where imagination, courage and determination seem to be in short supply.In addition to everyday incidents, Los Angeles is a city that is at risk for 13out of 16 Federal Emergency Management Agency (FEMA) identifiednatural and man-made disasters (no, the Dodgers ownership did not makethe list) -- and we are particularly vulnerable to the destructive affects ofwildfires, flooding and earthquakes. The LAFD is our insurance policyagainst such calamities.Last year, the City Council voted unanimously to reduce LAFD staffingfrom 3,586 to 3,239 people and cut 318 firefighters, which prompted thereduction of resources (ambulances, fire engines and aerial ladder trucks)in 23 neighborhood fire stations. It wasn't as if the LAFD was idly passingthe time -- they respond to over 1,000 incidents a day.Casting his vote for the staffing cuts, City Council President Eric Garcettivowed the City Council's plan would "immediately increase fire service tothe people of Los Angeles and reduce crucial paramedic response times."Sounded good in the newspaper; too bad he was wrong.City Councilmember Jan Perry voted for the cuts and Wendy Gruel, whoseresponsibilities as Controller are to "investigate and report problems withcity departments and... improv[e] operations" has said absolutely nothingon the topic.In his same speech back in 1966, Robert Kennedy noted a fourth quality inaddition to imagination, courage and determination, in particular for thosewho hold elective office: candor.Let's take a candid look at how things turned out in the Los Angeles FireDepartment.The National Fire Protection Association (NFPA 1710) has a long-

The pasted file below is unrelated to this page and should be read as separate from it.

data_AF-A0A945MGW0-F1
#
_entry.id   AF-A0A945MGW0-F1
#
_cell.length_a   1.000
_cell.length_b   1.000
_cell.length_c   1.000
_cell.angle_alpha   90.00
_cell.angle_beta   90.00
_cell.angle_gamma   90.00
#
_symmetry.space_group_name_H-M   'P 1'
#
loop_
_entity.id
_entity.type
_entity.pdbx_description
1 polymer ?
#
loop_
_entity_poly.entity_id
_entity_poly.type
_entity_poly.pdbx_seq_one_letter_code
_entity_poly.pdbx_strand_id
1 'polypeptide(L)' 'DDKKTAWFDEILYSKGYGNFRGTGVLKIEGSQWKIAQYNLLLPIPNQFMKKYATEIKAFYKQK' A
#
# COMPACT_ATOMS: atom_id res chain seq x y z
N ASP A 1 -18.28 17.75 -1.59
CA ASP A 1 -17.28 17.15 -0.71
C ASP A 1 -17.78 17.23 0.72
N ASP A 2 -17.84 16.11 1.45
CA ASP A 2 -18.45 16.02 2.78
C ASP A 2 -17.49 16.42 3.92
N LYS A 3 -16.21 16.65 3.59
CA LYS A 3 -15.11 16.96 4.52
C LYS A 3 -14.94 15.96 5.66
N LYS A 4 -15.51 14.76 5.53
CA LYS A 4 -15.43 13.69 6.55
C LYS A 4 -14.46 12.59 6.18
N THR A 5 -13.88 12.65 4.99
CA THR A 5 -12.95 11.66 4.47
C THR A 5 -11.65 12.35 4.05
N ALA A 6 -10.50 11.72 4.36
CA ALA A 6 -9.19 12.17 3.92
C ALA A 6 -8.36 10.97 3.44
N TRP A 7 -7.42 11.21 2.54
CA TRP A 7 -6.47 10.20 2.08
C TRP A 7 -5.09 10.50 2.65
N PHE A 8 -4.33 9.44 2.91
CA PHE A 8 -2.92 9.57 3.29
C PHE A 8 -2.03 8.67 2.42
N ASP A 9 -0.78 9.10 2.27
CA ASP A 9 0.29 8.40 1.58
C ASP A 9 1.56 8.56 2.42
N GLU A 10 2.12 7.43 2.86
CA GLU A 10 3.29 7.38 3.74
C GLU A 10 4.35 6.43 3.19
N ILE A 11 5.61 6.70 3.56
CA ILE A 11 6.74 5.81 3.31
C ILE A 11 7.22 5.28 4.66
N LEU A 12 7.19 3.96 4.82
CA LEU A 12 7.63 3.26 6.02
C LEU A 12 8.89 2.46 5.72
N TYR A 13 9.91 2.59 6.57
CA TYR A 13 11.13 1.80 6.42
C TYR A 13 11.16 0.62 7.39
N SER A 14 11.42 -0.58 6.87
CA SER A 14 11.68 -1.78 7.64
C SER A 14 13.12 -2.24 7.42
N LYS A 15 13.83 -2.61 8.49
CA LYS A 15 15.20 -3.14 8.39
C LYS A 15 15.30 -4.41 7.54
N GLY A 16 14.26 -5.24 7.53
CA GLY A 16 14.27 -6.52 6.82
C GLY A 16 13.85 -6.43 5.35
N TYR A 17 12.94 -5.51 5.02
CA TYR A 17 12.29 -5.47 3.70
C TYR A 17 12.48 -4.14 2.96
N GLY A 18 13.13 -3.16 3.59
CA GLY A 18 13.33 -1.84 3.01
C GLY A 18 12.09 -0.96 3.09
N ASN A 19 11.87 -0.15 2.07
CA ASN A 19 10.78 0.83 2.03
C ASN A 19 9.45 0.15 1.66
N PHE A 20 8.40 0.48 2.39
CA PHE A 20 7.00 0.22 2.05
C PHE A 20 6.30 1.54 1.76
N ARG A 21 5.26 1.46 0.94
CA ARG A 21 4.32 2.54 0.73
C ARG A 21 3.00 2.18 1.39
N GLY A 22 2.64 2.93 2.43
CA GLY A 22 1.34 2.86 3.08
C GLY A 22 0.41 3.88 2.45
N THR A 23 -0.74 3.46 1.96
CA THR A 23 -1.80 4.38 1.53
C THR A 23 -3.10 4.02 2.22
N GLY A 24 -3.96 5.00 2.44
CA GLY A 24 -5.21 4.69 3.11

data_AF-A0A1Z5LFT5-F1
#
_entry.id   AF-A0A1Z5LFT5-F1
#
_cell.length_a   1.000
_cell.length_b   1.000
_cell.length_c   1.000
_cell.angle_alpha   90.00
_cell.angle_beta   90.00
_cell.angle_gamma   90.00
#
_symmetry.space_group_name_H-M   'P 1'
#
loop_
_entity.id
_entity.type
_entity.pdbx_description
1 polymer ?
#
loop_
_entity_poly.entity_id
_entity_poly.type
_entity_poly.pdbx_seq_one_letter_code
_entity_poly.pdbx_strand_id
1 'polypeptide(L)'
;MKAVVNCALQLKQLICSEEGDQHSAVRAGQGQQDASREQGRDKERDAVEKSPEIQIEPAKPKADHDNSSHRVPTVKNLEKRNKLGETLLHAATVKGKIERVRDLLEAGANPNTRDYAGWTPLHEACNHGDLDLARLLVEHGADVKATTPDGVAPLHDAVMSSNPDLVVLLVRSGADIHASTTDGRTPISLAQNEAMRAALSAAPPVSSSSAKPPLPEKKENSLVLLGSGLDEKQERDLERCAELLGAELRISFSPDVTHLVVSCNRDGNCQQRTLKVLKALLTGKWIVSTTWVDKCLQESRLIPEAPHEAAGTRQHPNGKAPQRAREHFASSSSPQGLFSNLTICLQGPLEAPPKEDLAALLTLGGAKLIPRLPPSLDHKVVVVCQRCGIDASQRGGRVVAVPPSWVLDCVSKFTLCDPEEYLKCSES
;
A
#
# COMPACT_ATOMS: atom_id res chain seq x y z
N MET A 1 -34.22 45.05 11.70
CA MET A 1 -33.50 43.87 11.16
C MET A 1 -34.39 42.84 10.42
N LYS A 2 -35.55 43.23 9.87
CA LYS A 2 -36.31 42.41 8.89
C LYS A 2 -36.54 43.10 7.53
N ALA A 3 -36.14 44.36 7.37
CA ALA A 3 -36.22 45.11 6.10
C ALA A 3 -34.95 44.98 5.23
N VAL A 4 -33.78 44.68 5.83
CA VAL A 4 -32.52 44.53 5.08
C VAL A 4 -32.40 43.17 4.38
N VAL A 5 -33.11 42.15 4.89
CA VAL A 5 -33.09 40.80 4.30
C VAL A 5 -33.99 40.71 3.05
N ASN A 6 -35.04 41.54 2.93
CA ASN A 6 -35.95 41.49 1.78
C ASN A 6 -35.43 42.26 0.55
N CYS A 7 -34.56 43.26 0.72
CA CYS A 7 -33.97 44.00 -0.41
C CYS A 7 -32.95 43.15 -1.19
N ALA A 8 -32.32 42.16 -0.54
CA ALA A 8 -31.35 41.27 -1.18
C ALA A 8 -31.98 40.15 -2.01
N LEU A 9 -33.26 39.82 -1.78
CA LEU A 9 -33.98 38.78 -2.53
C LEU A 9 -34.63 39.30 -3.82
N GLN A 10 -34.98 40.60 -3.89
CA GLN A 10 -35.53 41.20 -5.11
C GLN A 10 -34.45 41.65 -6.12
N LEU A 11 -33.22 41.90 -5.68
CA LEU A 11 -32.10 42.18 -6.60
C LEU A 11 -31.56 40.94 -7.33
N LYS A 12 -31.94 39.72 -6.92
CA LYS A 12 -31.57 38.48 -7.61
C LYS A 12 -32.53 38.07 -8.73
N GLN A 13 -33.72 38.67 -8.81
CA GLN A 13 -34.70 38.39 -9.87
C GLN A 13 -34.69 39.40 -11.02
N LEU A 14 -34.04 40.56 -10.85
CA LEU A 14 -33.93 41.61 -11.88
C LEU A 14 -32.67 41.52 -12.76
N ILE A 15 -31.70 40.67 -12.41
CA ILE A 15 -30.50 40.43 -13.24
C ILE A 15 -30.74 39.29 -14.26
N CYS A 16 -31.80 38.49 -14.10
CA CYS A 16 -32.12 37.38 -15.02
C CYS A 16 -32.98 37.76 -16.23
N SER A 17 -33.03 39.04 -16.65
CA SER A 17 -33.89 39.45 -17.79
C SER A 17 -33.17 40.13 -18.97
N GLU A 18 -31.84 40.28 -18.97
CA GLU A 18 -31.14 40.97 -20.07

Then he told me a story. Five years ago the department got an emergencycall in a neighborhood in Woodland Hills that was not on the paper map.The engine got lost on the way to the fire and the people died. The City paidout millions in a wrongful death suit. Just five months ago, the same thinghappened in the same neighborhood.The first mistake is oversight. The second mistake, with lives at risk,borders on negligence. How many more tragedies need to occur before ourcity's leadership understands what better government looks like?Let's find the imagination and dedication Kennedy spoke of and startimplementing real solutions.We need to provide the LAFD with the people and technology they need tosave lives.Every LAFD vehicle should have GPS to replace those paper maps and theCity should install an integrated Automated Vehicle Locator (AVL) system.This technology will allow a centralized command center to track theprogress and location of every engine in our fleet -- saving critical secondsin dispatch time in addition to saving fuel and other resources.These technologies have been successfully used around the country. InNYC an AVL pilot program led to a 33-second drop in response times. InDenver, dispatch times dropped to 31 seconds, half of the NFPA standardof 60 seconds.The New York Times recently profiled Rio de Janeiro as a city of the futurefor how they use technology. Quite a contrast with Los Angeles where westill use magnets on the wall to track our resources.Using technology to make resources go further is, however, only one part ofthe solution.
Los Angeles also has to find the financial resources in its budget to ensureour communities are safe and secure.That's going to take a city government which makes better choices and usesour money more efficiently and effectively.We also have to grow the pie -- creating an environment where the privatesector can grow and create jobs. With these additional jobs comes anincreased tax base to fund core government services.Every time someone calls the fire department, seconds count as lives hangin the balance. There's no excuse for Los Angeles' city leaders to fail tounderstand this. There's no excuse for the lack of transparency andaccountability. There's no reason why their past mistakes should continueto threaten our families' safety.It's time for better government in Los Angeles.Article Link